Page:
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1964 GTO

 CARS > MUSCLE CARS > 1964 GTO

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GTO 1964-1967

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1964 GTO

The Instant Performance Automobile

Pontiac had hitched its image to performance, and while they still built four-cylinder Tempests and nine-passenger Safari station wagons, the aura of Super Duties and Tri-Power Bonnevilles rubbed off on even the most mundane cars in the product line-up. The success of these pavement-melting Pontiacs was directly related to the division's domination on the tracks. In NASCAR, Fireball Roberts and Joe Weatherly had piloted Pontiacs to the winner's circle before tens of thousands of rabid car enthusiasts. On the NHRA drag strips, Jim Wangers' victory in Stock Eliminator at the 1960 NHRA Nationals drew consid-erable attention from the automotive press. The emerging popularity of Super Stock racing showcased the power of the 389 ci, followed by the 421 ci Super Duty Pontiac engines and drivers like Arnie Beswick, Arlen Vanke and Hayden Profitt.

The racing and performance image carefully cultivated by Pontiac was suddenly threatened by the January 24,1963, GM corporate edict that specified Pontiac and sister division Chevrolet absolve themselves from all racing activities. Any backdoor support of other racing teams carrying the division banner was also to be terminated. With one stroke of the corporate pen, the careful work of five years had just been torpedoed by GM management.

History records success as the convergence of luck and timing, and both of these factors played a part in the birth of the GTO. Ever since the Tempest had arrived in 1961 with its four-cylinder engine derived by splitting the Pontiac V-8 in half, "rope" driveshaft and rear transaxle, the idea of dropping a 389 into the engine bay had been discussed. A handful of 421 powered Tempests had been built in 1963 for drag racing in the Factory Experimental class; however, these cars still utilized the rear transaxle, and were never considered for production. The year before, Pontiac Engineering had even gone as far as submitting an application to the FIA (the international racing federation) for a 389 ci powered Tempest to go road racing.

General Motors planned to abandon the radical drivetrain layout for the Tempest in the 1964, reverting back to a standard drivetrain, powered by a base six-cylinder with the 326 ci engine as an option. Since the 326 and 389 engines shared the same exterior dimensions and used the same motor mounts, Pontiac Engineering began experimenting with a 389 powered 1963 Tempest, simply as an engineering experiment. The work of Pontiac engineers Bill Collins and John DeLorean couldn't have come at a better time. While their project was simply an experiment, they had unknowingly laid the groundwork for a Super Tempest. DeLorean already had a name for it—GTO.

It was Wangers' vision that solidified the creation of the GTO, based on the engineering experiments. Wangers recognized Pontiac would have to transfer its performance image from the race-track and put it on the street, thanks to GM's ban on racing. He also saw the budding "youth market" that he believed would snap up a low-priced car that was the antithesis of what its parents drove. Make it affordable, give it flash, give it image and give it the powertrain to blow away virtually any car on the street. As he had in the past, Wangers passed his idea on to DeLorean of drop-ping the big Pontiac 389 engine into the new Tempest and turning it loose on the streets. It was the recipe for success, and DeLorean recognized it instantly. The engineering experiment was on its way to becoming a production reality.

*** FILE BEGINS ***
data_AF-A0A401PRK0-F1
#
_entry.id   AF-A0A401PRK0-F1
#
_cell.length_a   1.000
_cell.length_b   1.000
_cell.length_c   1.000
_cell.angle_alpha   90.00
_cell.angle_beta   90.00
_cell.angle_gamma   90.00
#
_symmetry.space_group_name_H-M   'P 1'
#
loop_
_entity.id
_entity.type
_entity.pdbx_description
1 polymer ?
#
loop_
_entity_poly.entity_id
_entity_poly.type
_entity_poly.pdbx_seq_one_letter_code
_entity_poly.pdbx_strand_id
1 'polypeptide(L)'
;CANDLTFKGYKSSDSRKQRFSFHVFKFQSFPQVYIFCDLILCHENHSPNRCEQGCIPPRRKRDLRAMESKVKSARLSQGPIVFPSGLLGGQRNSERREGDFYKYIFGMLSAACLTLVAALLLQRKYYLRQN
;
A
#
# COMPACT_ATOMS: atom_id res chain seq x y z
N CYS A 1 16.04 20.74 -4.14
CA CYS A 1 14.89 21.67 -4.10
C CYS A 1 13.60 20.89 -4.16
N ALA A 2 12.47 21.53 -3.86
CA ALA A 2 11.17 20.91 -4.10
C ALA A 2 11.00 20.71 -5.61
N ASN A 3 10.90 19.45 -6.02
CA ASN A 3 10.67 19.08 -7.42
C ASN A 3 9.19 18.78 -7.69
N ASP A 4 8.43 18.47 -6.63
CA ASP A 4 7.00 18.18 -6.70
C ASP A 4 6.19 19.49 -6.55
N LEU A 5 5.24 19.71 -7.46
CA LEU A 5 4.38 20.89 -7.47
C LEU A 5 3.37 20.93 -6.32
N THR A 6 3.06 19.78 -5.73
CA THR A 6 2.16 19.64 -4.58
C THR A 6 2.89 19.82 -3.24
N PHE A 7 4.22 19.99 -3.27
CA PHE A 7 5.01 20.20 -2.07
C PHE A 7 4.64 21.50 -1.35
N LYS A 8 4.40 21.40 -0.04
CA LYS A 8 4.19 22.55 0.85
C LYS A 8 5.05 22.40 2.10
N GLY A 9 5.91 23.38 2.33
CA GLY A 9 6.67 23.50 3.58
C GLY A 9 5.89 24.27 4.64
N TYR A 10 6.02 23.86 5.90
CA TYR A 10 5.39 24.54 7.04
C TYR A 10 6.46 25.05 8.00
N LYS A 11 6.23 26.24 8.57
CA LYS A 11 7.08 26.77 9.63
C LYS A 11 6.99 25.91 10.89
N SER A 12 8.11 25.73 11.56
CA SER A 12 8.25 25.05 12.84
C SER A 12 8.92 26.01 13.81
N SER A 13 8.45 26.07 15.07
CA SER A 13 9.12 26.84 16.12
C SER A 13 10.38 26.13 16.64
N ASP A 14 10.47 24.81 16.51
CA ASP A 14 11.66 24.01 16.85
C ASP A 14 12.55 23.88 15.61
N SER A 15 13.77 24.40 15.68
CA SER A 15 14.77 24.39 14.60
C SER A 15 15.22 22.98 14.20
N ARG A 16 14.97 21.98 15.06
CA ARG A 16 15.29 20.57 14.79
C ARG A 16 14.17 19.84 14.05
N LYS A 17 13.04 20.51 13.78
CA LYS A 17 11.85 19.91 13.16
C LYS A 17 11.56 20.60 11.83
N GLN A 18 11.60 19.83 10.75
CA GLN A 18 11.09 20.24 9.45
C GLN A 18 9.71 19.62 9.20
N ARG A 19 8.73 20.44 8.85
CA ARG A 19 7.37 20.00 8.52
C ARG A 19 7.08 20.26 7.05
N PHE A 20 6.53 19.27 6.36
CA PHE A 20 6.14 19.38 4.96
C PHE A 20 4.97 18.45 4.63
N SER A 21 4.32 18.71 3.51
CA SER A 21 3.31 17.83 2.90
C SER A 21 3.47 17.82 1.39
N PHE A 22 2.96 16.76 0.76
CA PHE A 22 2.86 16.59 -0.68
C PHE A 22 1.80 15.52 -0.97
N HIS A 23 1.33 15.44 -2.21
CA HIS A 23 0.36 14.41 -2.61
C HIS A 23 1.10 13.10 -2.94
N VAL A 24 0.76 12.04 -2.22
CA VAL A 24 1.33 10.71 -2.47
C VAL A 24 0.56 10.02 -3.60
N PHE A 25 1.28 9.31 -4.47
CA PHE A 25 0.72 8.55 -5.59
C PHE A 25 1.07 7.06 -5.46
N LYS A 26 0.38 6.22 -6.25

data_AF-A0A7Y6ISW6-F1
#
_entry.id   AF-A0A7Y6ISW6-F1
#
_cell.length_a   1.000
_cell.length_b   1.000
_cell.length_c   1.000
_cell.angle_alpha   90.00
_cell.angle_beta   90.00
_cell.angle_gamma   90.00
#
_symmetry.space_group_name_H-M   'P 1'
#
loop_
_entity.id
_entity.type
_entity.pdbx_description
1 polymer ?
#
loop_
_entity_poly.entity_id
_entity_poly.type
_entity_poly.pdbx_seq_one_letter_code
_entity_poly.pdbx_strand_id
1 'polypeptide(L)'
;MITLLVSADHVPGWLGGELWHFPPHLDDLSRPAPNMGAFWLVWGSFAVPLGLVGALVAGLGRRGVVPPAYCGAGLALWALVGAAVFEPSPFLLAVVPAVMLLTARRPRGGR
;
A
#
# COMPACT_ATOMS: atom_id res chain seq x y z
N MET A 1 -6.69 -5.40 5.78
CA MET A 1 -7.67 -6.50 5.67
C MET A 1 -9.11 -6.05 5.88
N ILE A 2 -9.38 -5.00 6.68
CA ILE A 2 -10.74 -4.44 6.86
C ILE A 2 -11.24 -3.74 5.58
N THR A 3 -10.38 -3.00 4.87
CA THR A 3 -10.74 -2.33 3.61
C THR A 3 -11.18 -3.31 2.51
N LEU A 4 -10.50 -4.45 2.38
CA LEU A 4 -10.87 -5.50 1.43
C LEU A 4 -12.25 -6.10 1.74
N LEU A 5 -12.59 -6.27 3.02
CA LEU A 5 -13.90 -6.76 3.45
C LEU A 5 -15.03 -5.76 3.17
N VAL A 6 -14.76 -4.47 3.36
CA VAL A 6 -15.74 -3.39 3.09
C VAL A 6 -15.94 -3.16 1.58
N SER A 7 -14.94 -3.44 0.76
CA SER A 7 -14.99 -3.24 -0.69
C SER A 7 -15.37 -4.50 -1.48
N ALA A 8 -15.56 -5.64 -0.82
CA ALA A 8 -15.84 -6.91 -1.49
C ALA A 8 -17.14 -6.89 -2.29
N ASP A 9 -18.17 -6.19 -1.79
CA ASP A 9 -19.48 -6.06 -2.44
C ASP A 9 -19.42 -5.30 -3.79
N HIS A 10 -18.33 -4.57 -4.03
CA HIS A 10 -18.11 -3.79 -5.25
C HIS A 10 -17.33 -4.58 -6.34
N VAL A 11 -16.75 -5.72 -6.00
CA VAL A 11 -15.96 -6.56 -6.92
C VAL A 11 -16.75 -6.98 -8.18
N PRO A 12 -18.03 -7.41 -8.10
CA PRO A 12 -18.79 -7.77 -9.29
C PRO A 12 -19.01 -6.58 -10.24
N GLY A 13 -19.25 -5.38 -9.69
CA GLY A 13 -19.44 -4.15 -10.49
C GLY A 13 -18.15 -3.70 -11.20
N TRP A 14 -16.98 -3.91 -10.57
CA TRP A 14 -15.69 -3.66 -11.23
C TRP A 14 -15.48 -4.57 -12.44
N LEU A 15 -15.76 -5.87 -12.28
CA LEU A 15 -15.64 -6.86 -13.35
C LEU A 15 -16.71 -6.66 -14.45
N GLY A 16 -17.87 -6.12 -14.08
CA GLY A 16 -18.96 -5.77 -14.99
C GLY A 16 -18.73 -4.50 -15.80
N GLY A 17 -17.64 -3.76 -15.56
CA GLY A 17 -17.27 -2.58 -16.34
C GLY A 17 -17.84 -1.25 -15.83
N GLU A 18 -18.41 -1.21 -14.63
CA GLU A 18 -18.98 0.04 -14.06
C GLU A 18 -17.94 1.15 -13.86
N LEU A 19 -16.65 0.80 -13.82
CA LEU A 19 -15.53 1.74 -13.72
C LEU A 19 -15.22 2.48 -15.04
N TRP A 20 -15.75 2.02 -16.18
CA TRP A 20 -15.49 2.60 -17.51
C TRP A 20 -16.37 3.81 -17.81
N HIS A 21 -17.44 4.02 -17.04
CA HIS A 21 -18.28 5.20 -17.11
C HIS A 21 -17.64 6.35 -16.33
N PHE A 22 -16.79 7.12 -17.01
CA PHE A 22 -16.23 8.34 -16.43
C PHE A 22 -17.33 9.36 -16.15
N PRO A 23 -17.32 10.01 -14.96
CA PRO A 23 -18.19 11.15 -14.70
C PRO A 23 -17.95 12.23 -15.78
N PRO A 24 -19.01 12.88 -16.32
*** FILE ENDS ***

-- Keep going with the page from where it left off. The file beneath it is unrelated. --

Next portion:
While the concept of slipping a big engine under a small hood sounds sim-ple enough, no car maker had ever seriously attempted to bring the combination to production. The Pontiac team had one other obstacle—a GM edict that restricted engine displacement and horsepower output in mid-sized cars.
That wasn't all. Any new models had to have the approval of the corporation, and a car that didn't meet corporate guidelines didn't stand a chance of getting the GM nod. DeLorean and Wangers realized options were not subject to approval. They also knew it was easier to ask forgiveness than permission, so a concentrated team effort was made to
get the GTO off the ground as an option on the LeMans.

There was only one other hurdle before the GTO could become reality: it had to be sold to Pontiac management. Regardless of how excited Wangers and DeLorean were about the car, without the backing of Pontiac management, the idea of a high-performance street car would remain just that—a dream.

The GTO's savior would be in the form of Elliot "Pete" Estes, successor to Knudsen as general manager of Pontiac Motor Division. Estes was an engineer and a "car guy." If he could be sold, and if he had the courage to stand up to the corporation once the car was slipped into the hands of the dealer body, the GTO was assured of success. Without his support, it would never see the light of day.

To his credit, Estes stood behind the young Pontiac engineers and the visionary advertising executive. Estes over-came the objections of the sales man-agement team, a group of Pontiac executives entrenched in methods they had used to sell cars since the 1940s. They were certain the car would never sell; dealers would end up eating this colossal failure. The confrontation between the young lions and the old veterans nearly led to fisticuffs, but in the end, Estes pushed the car through the division and to the dealers. The history books will record he was truly the unsung hero of the Pontiac GTO.

Selling the 1964 GTO to a performance-hungry America was no problem. In fact, Pontiac's strategy at first was to introduce the car with a low-key approach, just in case it wasn't the surefire success Wangers and DeLorean believed it to be. "Once the car was out into the hands of the dealers," Wangers recalled, "there was no way the corporation was going to break it down and make the General Manager look bad in the eyes of the dealers."

By January, dealers were taking orders for the GTO, and by the end of the model year, 32,450 copies were roaming the streets, making boulevard fodder of nearly everything on wheels. For the first time, anyone's Walter Mitty fantasies could be fulfilled by simply walking into a Pontiac dealer, plunking down three grand and driving away in a car that was virtually unbeatable.